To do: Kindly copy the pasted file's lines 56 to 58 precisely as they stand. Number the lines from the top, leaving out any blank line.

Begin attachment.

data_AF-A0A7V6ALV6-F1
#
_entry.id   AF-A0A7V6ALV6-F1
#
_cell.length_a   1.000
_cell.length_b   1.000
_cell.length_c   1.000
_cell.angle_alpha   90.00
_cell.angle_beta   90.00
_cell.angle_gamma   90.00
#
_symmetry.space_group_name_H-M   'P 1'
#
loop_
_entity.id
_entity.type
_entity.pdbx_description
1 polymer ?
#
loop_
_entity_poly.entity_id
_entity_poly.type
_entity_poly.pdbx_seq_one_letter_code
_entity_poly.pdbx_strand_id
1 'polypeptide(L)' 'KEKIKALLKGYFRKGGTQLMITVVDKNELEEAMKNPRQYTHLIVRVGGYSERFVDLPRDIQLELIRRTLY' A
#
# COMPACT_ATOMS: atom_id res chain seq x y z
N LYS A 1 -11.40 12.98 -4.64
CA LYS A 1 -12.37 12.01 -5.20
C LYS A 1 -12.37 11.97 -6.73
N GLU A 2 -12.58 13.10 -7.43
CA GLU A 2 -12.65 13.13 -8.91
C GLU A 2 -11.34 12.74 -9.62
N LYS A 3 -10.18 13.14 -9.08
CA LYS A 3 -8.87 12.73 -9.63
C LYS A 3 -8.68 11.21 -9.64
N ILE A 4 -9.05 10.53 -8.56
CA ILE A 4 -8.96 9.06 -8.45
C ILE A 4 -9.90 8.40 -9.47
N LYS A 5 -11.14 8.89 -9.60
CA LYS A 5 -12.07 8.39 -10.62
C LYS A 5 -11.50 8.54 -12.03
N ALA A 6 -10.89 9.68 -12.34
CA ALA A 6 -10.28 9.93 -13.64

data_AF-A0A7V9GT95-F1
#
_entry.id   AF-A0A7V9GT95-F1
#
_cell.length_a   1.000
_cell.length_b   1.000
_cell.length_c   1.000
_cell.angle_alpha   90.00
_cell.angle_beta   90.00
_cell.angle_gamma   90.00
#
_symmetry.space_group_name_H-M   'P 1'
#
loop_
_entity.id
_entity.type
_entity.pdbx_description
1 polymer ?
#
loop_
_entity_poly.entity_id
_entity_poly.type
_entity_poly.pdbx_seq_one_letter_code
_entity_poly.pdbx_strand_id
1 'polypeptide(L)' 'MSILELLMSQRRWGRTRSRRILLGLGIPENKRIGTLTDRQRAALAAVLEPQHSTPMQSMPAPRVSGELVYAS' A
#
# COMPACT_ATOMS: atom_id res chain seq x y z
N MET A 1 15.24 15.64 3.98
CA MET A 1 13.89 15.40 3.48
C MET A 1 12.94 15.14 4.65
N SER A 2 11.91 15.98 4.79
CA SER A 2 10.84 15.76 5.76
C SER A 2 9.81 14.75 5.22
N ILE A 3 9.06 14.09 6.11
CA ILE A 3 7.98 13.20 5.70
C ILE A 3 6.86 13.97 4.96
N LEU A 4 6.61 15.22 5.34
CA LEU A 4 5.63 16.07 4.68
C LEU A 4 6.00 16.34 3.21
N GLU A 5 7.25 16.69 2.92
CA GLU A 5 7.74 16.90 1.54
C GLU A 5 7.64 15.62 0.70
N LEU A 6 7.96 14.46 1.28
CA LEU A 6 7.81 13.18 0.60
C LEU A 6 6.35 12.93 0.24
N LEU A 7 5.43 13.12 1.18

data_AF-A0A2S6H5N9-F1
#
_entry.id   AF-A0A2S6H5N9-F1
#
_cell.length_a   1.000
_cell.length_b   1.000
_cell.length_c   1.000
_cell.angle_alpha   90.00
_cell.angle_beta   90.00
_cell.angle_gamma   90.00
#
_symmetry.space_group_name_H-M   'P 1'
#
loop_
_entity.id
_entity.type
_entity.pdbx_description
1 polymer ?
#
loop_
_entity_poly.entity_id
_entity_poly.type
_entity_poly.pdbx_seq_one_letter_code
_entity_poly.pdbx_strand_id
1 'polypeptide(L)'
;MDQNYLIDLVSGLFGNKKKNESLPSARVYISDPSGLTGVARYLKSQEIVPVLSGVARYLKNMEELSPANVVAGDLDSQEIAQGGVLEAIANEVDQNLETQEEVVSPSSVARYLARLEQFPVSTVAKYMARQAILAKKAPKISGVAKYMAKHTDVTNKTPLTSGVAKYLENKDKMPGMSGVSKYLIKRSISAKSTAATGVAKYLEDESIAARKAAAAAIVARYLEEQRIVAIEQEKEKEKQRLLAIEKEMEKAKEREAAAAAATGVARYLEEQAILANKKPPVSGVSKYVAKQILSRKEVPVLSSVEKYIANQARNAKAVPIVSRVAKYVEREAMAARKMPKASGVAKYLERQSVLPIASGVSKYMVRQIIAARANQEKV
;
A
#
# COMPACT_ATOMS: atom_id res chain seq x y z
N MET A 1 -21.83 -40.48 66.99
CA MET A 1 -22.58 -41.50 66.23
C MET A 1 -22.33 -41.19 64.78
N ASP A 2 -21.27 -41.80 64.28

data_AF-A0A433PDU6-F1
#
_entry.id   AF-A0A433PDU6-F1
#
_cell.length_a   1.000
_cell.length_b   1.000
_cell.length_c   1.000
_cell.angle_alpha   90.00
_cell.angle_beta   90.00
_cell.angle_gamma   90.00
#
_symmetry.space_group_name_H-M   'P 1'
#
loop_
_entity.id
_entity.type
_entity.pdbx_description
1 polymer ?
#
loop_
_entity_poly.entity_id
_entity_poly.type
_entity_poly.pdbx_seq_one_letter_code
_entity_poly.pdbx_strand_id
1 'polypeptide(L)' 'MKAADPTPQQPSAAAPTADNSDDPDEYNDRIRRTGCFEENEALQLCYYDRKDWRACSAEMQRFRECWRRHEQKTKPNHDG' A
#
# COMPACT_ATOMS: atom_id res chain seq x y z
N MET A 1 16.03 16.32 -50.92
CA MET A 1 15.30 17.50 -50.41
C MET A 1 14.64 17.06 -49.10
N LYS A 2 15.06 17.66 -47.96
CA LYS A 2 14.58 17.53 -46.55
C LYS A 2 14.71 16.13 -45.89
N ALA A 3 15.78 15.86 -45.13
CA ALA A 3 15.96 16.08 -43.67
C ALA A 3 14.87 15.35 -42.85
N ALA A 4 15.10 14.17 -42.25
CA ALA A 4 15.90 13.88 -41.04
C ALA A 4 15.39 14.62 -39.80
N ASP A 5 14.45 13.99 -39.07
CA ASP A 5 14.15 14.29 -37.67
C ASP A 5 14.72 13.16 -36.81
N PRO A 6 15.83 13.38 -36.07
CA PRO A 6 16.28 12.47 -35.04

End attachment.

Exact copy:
_symmetry.space_group_name_H-M   'P 1'
#
loop_